106. Code/SDK behavior understanding • Seek to understand how and why

    code does its job • Learn tools you're using everyday • Layout cycle isn't that straightforward • Apple Guides is worth reading Links • objc.io: Advanced autolayout toolbox: https://goo.gl/ebc9jd • Apple: Changing constrains: https://goo.gl/UbWlhI • Krakendev: weak and unowned refs in swift: https://goo.gl/6eqYco Summary
  107. No-tests-ever design

  108. Logic and transformations done in Void methods No-tests-ever design

  109. Logic and transformations done in Void methods class RequestAuthorizer {

    func authorize(request: URLRequest) { let authorizationRequired = // perform some non-trivial check let credentialKey = // key depends on the domain/protocol/api/etc if authorizationRequired, let credential = Keychain.getValue(for: credentialKey) { let headers = // form custom HTTP headers // append to the request } } } No-tests-ever design
  110. Logic and transformations done in Void methods class RequestAuthorizer {

    func authorize(request: URLRequest) { let authorizationRequired = // perform some non-trivial check let credentialKey = // key depends on the domain/protocol/api/etc if authorizationRequired, let credential = Keychain.getValue(for: credentialKey) { let headers = // form custom HTTP headers // append to the request } } } // How to evaluate whether request requires authorization or not? No-tests-ever design
  111. Logic and transformations done in Void methods class RequestAuthorizer {

    func authorize(request: URLRequest) { let authorizationRequired = // perform some non-trivial check let credentialKey = // key depends on the domain/protocol/api/etc if authorizationRequired, let credential = Keychain.getValue(for: credentialKey) { let headers = // form custom HTTP headers // append to the request } } } // How to evaluate whether request requires authorization or not? // How to evaluate credential key? No-tests-ever design
  112. Logic and transformations done in Void methods class RequestAuthorizer {

    func authorize(request: URLRequest) { let authorizationRequired = // perform some non-trivial check let credentialKey = // key depends on the domain/protocol/api/etc if authorizationRequired, let credential = Keychain.getValue(for: credentialKey) { let headers = // form custom HTTP headers // append to the request } } } // How to evaluate whether request requires authorization or not? // How to evaluate credential key? // Hot to ensure that headers will be in the correct form? No-tests-ever design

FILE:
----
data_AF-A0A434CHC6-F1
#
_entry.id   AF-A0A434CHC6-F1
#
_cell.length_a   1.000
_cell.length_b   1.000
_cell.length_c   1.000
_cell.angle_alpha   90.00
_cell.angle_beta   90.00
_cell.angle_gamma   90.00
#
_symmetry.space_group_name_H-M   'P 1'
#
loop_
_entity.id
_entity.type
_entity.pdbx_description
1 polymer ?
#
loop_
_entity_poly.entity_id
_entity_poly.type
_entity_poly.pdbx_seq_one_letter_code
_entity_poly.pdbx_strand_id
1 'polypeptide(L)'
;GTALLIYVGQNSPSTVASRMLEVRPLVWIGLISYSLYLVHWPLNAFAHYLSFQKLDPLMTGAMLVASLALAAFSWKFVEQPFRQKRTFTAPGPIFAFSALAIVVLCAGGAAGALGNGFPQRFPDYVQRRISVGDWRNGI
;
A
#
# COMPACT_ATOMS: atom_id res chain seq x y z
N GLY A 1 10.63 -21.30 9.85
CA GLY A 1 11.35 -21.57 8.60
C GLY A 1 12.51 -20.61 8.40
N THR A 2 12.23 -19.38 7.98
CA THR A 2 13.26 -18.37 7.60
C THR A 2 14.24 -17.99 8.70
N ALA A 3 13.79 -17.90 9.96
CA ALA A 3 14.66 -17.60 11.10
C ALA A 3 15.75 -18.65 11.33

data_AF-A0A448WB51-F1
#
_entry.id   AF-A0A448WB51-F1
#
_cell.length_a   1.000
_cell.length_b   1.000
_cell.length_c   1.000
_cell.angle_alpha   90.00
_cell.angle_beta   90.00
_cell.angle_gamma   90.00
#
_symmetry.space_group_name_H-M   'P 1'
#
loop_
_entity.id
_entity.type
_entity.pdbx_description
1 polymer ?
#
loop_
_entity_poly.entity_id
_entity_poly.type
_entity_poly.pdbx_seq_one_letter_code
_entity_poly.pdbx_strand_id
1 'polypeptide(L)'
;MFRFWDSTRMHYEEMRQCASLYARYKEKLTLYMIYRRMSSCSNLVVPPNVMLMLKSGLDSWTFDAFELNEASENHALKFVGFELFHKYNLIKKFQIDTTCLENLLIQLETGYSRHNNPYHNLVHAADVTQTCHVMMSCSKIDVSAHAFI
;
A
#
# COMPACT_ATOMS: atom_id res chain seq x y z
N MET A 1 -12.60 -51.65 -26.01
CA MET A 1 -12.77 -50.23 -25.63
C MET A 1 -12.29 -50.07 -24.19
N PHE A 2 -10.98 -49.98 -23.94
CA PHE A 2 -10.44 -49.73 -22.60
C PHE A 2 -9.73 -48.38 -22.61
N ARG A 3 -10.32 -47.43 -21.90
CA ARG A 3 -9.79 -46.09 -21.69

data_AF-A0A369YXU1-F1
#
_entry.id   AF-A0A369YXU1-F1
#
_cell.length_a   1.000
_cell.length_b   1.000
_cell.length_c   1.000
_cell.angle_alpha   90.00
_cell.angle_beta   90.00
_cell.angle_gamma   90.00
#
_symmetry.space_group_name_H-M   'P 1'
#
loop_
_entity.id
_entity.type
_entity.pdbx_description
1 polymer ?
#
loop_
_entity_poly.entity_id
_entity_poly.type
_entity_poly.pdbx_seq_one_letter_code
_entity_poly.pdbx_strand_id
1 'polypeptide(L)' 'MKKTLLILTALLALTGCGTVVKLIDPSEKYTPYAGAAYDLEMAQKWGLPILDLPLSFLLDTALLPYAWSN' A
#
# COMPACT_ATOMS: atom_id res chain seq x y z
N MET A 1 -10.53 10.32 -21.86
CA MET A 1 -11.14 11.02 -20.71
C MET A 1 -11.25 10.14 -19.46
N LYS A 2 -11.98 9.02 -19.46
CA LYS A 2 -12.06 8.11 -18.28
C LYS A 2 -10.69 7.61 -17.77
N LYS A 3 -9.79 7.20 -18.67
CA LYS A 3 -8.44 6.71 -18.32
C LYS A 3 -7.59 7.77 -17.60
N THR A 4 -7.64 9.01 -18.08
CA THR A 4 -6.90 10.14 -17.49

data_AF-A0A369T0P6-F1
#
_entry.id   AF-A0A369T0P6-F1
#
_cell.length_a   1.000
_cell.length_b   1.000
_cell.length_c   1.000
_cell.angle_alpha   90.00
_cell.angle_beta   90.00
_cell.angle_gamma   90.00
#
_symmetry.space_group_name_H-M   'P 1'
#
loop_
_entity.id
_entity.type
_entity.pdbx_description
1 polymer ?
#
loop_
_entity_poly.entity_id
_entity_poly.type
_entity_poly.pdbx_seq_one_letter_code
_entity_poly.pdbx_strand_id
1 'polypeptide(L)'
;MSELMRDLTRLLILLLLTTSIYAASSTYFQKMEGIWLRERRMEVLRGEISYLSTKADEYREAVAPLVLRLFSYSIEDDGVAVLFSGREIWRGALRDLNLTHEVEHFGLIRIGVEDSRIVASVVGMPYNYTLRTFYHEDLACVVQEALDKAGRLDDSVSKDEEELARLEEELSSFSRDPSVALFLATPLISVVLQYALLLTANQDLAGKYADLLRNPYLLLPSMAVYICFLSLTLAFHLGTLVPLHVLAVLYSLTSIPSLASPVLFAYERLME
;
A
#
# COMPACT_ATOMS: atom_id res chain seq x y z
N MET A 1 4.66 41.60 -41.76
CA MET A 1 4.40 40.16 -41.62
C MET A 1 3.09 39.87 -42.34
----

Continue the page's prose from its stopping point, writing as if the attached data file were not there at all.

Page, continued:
113. Logic and transformations done in Void methods class RequestAuthorizer {

    func authorize(request: URLRequest) { let authorizationRequired = // perform some non-trivial check let credentialKey = // key depends on the domain/protocol/api/etc if authorizationRequired, let credential = Keychain.getValue(for: credentialKey) { let headers = // form custom HTTP headers // append to the request } } } // How to evaluate whether request requires authorization or not? // How to evaluate credential key? // Hot to ensure that headers will be in the correct form? // Side effects! No-tests-ever design
  114. Logic and transformations done in Void methods class RequestAuthorizer {

    func authorize(request: URLRequest) { if let credential = credential(for: request) { for (key, value) in authorizationHeaders(for: credential) { // append to request headers } } } func shouldAuthorize(request: URLRequest) -> Bool { ... } func credential(for request: URLRequest) -> URLCredential? { if shouldAuthorize(request: request) { ... } else return nil } func headers(for credential: URLCredential) -> [String: String] { ... } } No-tests-ever design
  115. Logic and transformations done in Void methods class RequestAuthorizer {

    func authorize(request: URLRequest) { if let credential = credential(for: request) { for (key, value) in authorizationHeaders(for: credential) { // append to request headers } } } func shouldAuthorize(request: URLRequest) -> Bool { ... } func credential(for request: URLRequest) -> URLCredential? { if shouldAuthorize(request: request) { ... } else return nil } func headers(for credential: URLCredential) -> [String: String] { ... } } No-tests-ever design
  116. Logic and transformations done in Void methods class RequestAuthorizer {

    func authorize(request: URLRequest) { if let credential = credential(for: request) { for (key, value) in authorizationHeaders(for: credential) { // append to request headers } } } func shouldAuthorize(request: URLRequest) -> Bool { ... } func credential(for request: URLRequest) -> URLCredential? { if shouldAuthorize(request: request) { ... } else return nil } func headers(for credential: URLCredential) -> [String: String] { ... } } No-tests-ever design
  117. Logic and transformations done in Void methods class RequestAuthorizer {

    func authorize(request: URLRequest) { if let credential = credential(for: request) { for (key, value) in authorizationHeaders(for: credential) { // append to request headers } } } func shouldAuthorize(request: URLRequest) -> Bool { ... } func credential(for request: URLRequest) -> URLCredential? { if shouldAuthorize(request: request) { ... } else return nil } func headers(for credential: URLCredential) -> [String: String] { ... } } No-tests-ever design
  118. Logic and transformations done in Void methods class RequestAuthorizer {

    func authorize(request: URLRequest) { if let credential = credential(for: request) { for (key, value) in authorizationHeaders(for: credential) { // append to request headers } } } func shouldAuthorize(request: URLRequest) -> Bool { ... } func credential(for request: URLRequest) -> URLCredential? { if shouldAuthorize(request: request) { ... } else return nil } func headers(for credential: URLCredential) -> [String: String] { ... } } No-tests-ever design